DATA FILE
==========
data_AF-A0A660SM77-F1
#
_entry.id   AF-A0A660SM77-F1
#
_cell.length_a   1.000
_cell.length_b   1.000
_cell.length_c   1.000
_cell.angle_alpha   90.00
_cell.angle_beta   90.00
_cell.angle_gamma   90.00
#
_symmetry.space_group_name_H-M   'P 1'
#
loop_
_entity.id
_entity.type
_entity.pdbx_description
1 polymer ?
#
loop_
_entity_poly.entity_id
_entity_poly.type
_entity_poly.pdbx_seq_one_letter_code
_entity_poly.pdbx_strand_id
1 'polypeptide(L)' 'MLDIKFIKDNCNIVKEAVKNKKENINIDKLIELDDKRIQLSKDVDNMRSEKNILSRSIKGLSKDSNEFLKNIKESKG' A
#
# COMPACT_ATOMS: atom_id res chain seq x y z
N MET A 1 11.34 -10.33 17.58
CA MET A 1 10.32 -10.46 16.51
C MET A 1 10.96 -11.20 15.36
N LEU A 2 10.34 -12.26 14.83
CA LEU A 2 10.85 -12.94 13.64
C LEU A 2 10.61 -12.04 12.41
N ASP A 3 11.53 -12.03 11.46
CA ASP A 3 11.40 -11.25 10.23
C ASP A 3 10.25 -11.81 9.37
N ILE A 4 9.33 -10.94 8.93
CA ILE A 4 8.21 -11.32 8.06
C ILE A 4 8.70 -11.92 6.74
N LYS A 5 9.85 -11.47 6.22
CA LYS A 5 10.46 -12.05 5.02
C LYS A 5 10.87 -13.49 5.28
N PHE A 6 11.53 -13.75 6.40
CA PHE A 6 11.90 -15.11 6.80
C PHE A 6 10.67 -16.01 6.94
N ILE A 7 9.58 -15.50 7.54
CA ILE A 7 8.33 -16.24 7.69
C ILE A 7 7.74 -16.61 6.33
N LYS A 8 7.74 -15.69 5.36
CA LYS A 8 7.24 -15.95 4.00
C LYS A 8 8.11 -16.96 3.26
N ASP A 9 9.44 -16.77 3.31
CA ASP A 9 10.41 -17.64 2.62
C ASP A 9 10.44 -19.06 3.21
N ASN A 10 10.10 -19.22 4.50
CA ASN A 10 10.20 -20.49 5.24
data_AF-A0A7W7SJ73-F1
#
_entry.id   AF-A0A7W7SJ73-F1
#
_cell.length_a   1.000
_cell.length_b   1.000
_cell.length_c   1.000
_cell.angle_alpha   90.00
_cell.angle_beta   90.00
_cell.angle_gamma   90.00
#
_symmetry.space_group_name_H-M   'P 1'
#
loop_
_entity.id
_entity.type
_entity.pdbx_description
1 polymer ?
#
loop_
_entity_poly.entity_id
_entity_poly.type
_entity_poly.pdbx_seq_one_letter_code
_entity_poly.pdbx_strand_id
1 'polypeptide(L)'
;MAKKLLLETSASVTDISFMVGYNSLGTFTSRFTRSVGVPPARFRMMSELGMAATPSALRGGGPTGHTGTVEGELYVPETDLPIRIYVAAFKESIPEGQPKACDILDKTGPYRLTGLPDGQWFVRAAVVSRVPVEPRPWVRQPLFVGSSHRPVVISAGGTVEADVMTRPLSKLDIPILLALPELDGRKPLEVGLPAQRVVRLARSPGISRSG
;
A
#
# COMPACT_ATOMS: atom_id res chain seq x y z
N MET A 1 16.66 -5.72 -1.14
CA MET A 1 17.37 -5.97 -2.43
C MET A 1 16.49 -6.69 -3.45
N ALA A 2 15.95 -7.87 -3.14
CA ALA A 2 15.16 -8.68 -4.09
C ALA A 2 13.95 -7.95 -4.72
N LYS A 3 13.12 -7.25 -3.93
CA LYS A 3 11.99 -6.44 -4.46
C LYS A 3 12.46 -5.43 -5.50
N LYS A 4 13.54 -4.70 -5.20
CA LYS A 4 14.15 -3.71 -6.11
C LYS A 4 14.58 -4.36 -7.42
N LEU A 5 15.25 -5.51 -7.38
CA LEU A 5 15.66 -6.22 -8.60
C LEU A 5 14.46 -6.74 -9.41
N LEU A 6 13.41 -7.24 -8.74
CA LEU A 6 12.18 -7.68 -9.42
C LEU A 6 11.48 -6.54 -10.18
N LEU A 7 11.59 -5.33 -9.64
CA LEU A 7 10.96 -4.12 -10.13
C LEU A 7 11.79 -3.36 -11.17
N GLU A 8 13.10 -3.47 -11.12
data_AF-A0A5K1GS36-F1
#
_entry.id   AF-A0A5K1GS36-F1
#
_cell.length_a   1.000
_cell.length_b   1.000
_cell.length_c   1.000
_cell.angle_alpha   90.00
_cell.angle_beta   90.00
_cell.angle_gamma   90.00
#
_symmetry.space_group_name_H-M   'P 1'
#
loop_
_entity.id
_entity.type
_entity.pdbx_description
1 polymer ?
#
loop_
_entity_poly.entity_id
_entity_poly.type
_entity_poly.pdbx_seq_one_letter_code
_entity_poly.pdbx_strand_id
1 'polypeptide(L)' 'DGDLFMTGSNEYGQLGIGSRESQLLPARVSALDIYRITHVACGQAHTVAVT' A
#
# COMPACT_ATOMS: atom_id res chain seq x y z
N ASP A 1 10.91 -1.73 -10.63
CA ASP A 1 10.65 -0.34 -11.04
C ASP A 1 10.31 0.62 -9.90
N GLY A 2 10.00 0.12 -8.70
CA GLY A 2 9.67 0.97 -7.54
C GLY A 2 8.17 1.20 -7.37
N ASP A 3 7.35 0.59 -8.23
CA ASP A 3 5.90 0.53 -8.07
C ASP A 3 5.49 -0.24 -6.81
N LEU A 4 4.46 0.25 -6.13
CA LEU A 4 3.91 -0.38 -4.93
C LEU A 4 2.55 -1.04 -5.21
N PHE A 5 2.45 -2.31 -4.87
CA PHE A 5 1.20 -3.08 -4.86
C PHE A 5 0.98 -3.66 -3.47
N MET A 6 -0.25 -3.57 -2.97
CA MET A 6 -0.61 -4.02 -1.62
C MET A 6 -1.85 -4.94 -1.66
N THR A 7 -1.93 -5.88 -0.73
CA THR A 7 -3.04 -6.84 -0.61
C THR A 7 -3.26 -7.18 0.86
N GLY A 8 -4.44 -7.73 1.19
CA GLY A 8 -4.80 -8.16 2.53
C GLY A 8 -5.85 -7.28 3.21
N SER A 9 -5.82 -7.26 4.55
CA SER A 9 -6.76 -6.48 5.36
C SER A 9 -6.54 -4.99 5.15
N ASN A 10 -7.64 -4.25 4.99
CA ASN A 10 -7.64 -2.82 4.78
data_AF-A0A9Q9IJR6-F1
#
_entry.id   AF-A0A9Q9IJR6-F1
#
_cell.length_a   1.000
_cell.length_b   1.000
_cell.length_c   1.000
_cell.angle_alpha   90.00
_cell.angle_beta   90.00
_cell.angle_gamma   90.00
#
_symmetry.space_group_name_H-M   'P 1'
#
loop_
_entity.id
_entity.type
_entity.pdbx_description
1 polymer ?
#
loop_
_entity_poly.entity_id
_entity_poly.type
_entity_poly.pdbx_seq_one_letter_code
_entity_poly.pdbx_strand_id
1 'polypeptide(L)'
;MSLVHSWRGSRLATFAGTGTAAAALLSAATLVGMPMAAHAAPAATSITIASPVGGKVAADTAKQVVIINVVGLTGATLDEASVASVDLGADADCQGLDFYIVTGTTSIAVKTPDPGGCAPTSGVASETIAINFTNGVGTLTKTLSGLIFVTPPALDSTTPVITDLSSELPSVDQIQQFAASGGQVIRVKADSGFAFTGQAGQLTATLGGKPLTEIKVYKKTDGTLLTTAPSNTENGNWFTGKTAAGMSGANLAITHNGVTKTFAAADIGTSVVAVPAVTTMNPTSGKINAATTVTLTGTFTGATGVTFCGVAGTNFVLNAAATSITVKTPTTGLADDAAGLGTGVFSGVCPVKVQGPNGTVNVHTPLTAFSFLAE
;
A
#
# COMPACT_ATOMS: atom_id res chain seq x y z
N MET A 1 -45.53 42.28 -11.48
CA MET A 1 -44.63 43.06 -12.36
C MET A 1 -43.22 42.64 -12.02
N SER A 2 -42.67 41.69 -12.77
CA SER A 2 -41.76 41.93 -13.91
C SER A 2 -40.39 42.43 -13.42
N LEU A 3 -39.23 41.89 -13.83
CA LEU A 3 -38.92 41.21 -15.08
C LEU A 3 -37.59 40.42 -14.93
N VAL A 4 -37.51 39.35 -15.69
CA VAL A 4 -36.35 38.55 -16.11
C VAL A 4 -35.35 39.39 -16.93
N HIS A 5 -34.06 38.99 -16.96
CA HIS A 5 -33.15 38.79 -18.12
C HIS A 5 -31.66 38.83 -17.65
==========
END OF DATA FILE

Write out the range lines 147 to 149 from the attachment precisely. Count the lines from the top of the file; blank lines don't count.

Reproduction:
C LEU A 4 2.55 -1.04 -5.21
N PHE A 5 2.45 -2.31 -4.87
CA PHE A 5 1.20 -3.08 -4.86